About Us


“Preserving air quality and protecting the public health and public welfare in Nevada, Plumas and Sierra counties.”

The Northern Sierra Air Management District was formed in 1986 by the merging of the Air Pollution Control Districts of Nevada, Plumas and Sierra Counties. The District is required by state law to achieve and maintain the federal and state Ambient Air Quality Standards, which are air quality standards set at levels that will protect the public health. The District is composed of three primary entities, each with a specific purpose: District staff, Governing Board of Directors, and Hearing Board.

District Staff

The District staff conducts the everyday business of air pollution control. The Air Pollution Control Officer (APCO) is appointed by the Board of Directors and serves as the Executive Director. The APCO is responsible for hiring staff and directing activities, managing financial matters, and implementing Board policy.

District activities include:
  • Develop and implement air quality plans to identify how much pollution is in our air, where it comes from, and ways to control it.
  • Develop and enforce rules and regulations that reduce air pollution and protect public health.
  • Help individuals and businesses understand and comply with federal, state, and local air pollution laws.
  • Operate air monitoring equipment to measure and record air pollution levels.
  • Evaluate plans for new projects that involve installing, altering, or operating equipment that either causes air pollution or is used to control it; issue permits; conduct compliance inspections; and issue violation notices.
  • Implement transportation control measures to reduce the number of cars on the road and promote the use of cleaner fuels and vehicles.
  • Investigate public complaints and respond to inquiries regarding air pollution.
  • Provide public information regarding current air quality conditions and health implications.
  • Educate the public on their role in cleaning up the air.
Current District Staff (as of November, 2019)
Main Office: Gretchen Bennitt, Air Pollution Control Officer
Joe Fish, Deputy Air Pollution Control Officer
Samuel Longmire, Air Pollution Control Specialist III
Dawn Lundsford, Business Manager Clerk of the Board
David Nicholas, Air Pollution Control Specialist I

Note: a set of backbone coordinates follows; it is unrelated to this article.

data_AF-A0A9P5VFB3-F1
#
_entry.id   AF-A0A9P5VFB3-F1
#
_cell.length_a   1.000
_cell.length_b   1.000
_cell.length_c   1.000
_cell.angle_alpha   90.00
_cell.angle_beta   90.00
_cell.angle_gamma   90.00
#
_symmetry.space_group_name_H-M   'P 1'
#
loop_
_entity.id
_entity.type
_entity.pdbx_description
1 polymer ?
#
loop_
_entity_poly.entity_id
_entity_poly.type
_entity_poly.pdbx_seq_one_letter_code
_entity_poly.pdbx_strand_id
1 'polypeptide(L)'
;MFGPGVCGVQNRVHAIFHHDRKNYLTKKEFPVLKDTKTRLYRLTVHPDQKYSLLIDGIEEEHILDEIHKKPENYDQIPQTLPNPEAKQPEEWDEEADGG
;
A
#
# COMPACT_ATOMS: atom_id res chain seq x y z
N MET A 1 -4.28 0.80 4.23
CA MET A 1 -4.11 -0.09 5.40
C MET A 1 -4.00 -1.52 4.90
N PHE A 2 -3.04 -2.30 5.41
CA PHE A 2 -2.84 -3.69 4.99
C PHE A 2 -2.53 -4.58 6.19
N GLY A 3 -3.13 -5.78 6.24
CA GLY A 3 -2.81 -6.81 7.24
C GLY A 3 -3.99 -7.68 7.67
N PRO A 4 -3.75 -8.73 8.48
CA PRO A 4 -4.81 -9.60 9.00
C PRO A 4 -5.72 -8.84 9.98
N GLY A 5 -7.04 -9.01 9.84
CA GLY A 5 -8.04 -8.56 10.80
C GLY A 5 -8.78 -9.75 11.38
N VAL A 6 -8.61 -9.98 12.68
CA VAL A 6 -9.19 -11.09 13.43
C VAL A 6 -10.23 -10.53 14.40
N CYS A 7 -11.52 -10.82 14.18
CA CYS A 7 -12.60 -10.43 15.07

Northern Office: Julie Ruiz, Air Pollution Control Specialist II
Melissa Klundby, Air Pollution Control Specialist I

Governing Board of Directors

The six member Air Quality Governing Board of Directors is composed of two County Supervisors each from Nevada, Plumas and Sierra Counties. The Board’s primary functions are to appoint the APCO, adopt the District budget, adopt rules and regulations that govern air quality in the District, adopt policies, and provide direction to the APCO. The monthly Board of Directors meetings are open to the public.

Current Board Members (as of November, 2019)
Plumas County: Sherri Thrall, Lori Simpson
Sierra County: Peter Huebner, Paul Roen
Nevada County: Richard Anderson, Ed Scofield – Chairperson

Hearing Board

The Hearing Board is composed of five members: a lawyer, a doctor, an engineer, and two public members. The Hearing Board serves various functions: It has sole authority to grant a variance, allowing a company to continue operating in violation of a District rule while the problem is being corrected; it can hear requests for appeal of decisions rendered by the APCO, either from industry or a private citizen; it can issue abatement orders; and revoke a source’s permit.

Air Quality Standards

Air pollution is regulated by two types of standards: emission standards and ambient air quality standards. Emission standards are the levels of air pollutants a source is allowed to release into the air. Ambient air quality standards are levels of air pollutants that if exceeded are considered unhealthy to breathe. If there have been no violations of an ambient air quality standard, an area is said to be in attainment. If there have been violations of a standard, the state or federal government designates the area nonattainment for that pollutant. When an area is designated non-attainment, many expensive and onerous requirements are placed on industry, businesses, the public, and the District to achieve attainment within a specified time. Non-attainment is something to avoid for both health reasons and economic reasons.

Air Pollution Monitoring

The District maintains a variety of air pollution monitoring equipment to monitor air pollution levels.

Sources of Pollutants

The District is required by the state to maintain an emissions inventory of criteria and air toxic pollutants. This inventory is used to determine how much of each pollutant is coming from each source type. Most of the air pollution generated within the District comes from motor vehicles. Such knowledge is used in formulating emission control strategies for pollutants of concern and to determine if monitored pollution levels are due to transport of pollutants from upwind areas, or due to local emissions.

Our climate, topography, and the growing number of people, industries, businesses, and cars collectively contribute to the formation of smog. The pollutants of greatest concern are ozone, particulate matter, and air toxins.